Eyal Yanilov

If your mind is the captain, your body is the airplane. Educating the pilot and training them to fly during emergencies and make the correct decisions under stress is the most important job that any airline or Air Force flight school can do. As with driving, most airplane crashes and accidents that occur are due to human (pilot) error rather than mechanical failure.

It's easy to be happy when you are healthy and successful. But how do you respond in times of trouble? How do you deal with disappointment, failure and defeats?

Though we (the writers) originally came from the world of martial arts, training of military units/special forces and dealing with violence and combat, we also have academic backgrounds and like you, we live in a world where not every confrontation is violent or physical.



Every confrontation has mental components. Every day, throughout the day, we have lots of these small and stressful nonphysical conflicts, from those annoying ones with the mother in-low who invited the family to dinner on a busy night, to the neighbor who's blocking our car in for the third time this week, to the boss who is either openly hostile, or, on the other end of the spectrum, entirely too amorous.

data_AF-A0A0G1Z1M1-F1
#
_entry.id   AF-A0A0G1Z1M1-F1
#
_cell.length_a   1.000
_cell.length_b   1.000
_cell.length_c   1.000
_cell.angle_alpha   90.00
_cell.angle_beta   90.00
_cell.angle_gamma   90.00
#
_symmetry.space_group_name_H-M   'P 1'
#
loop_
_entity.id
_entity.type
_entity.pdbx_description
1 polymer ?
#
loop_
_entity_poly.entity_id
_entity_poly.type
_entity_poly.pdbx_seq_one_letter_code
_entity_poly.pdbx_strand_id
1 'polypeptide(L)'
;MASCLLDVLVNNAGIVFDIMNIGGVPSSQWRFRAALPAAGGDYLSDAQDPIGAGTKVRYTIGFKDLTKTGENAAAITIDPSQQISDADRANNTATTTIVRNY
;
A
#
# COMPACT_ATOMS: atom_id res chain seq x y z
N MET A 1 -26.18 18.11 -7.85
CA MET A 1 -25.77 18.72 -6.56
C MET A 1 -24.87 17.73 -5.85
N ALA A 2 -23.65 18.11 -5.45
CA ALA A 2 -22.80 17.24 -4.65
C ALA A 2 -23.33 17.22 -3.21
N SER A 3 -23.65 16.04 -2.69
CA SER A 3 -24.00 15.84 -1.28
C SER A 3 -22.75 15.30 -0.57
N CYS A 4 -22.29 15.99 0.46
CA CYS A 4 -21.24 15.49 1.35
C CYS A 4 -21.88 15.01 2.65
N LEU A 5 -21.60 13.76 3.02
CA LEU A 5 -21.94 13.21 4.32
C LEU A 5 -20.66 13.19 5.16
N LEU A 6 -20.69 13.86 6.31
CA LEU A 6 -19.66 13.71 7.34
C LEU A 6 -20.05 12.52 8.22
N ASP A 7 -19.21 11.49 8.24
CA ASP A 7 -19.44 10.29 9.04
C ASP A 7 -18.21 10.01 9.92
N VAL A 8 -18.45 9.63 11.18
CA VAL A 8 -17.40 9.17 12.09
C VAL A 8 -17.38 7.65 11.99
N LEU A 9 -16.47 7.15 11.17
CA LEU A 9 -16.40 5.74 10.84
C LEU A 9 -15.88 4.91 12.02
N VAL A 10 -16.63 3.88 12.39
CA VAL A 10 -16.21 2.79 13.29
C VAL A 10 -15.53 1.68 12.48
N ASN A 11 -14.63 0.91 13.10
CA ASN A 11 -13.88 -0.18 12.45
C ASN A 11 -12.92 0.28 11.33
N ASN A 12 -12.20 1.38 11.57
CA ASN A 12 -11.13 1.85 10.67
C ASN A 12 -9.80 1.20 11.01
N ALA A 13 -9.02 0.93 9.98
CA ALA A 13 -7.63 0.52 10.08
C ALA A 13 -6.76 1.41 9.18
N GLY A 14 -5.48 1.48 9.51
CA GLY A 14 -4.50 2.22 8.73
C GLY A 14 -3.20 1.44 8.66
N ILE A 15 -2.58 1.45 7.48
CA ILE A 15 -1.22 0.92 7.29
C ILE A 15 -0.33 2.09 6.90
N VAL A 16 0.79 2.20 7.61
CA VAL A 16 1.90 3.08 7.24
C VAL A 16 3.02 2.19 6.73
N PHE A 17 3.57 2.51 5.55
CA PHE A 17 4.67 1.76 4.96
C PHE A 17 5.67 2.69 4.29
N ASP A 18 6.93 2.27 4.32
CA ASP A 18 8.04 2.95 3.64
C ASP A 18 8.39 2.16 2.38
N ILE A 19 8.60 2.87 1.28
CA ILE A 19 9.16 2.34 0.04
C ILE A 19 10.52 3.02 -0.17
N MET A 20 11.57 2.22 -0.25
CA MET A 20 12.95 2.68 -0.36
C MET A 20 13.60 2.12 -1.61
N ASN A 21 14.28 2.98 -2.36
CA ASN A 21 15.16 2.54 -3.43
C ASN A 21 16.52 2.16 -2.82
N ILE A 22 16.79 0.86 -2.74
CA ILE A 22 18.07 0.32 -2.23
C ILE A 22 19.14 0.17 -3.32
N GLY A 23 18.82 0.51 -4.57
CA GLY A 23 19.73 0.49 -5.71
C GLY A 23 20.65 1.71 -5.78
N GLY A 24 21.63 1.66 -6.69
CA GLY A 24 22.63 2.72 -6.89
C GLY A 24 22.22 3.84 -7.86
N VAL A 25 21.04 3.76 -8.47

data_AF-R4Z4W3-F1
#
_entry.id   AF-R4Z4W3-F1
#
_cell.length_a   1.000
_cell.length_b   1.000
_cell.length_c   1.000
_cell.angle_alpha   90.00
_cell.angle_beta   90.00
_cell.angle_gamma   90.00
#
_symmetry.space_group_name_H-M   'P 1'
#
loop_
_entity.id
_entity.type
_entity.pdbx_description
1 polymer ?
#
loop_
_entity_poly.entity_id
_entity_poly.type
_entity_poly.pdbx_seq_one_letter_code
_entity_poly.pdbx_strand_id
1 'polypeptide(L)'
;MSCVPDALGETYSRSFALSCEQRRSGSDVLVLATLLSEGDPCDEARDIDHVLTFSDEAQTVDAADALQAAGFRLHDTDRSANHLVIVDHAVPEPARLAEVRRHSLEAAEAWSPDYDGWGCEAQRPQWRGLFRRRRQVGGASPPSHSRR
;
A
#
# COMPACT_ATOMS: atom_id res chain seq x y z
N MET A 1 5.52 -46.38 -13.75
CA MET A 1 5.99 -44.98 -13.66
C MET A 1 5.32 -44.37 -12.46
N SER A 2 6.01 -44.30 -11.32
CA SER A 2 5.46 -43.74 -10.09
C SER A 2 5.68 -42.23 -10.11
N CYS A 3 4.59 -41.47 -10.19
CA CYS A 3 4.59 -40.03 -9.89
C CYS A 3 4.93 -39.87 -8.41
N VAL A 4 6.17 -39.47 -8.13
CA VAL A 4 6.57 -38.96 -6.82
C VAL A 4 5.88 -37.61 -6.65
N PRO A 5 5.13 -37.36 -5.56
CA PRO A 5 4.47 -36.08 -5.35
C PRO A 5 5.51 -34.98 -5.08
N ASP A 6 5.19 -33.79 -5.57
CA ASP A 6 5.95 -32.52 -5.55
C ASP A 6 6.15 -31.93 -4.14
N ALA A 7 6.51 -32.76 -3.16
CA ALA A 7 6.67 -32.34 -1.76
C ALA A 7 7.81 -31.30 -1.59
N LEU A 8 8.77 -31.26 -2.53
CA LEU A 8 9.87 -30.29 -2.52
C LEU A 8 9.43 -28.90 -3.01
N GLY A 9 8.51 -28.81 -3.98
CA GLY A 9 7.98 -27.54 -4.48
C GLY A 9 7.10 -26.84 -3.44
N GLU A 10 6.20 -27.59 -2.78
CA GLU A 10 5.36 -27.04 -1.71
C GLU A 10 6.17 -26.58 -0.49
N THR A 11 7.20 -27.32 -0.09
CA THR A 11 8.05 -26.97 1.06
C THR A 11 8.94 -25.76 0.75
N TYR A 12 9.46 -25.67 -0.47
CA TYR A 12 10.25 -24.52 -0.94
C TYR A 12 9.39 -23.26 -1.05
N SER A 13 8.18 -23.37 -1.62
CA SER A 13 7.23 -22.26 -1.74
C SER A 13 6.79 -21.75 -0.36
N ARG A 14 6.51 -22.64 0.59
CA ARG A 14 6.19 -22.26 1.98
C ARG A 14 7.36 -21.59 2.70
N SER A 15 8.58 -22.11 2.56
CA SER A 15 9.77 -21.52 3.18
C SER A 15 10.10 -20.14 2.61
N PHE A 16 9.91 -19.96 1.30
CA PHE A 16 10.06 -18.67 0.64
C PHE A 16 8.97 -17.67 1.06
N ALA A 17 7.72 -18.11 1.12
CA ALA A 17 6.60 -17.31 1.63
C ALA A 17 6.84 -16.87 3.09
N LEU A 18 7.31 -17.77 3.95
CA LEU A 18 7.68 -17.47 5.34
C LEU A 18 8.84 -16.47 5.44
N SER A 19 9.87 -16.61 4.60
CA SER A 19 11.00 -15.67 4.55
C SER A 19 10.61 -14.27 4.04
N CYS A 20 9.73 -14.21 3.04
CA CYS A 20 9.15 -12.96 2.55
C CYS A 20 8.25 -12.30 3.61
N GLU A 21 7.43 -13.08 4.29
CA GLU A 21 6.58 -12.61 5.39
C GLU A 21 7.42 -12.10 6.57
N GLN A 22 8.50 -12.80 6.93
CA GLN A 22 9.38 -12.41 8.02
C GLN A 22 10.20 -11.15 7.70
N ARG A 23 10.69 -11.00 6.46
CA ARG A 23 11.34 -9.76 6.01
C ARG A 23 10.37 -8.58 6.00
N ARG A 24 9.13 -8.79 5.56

To withstand any kind of conflict, you need mental resources. We all know that to win a street fight, overcome a criminal has who invaded our home, be victorious in the battlefield, or just finish a strenuous training session or competition one must call upon mental capabilities like perseverance, controlled aggression, determination, courage and focus. Giving up is definitely not an option. Those capabilities are in addition, or even the base of, the physical and technical components that should be used to prevail those ordeals. So in the daily life of a modern human, it is important for you to train your mind so you'll be able to function at your peak during a meeting with your employees, a family gathering with people who may criticize your thoughts and way of life, or (if you are a student) during stressful exams.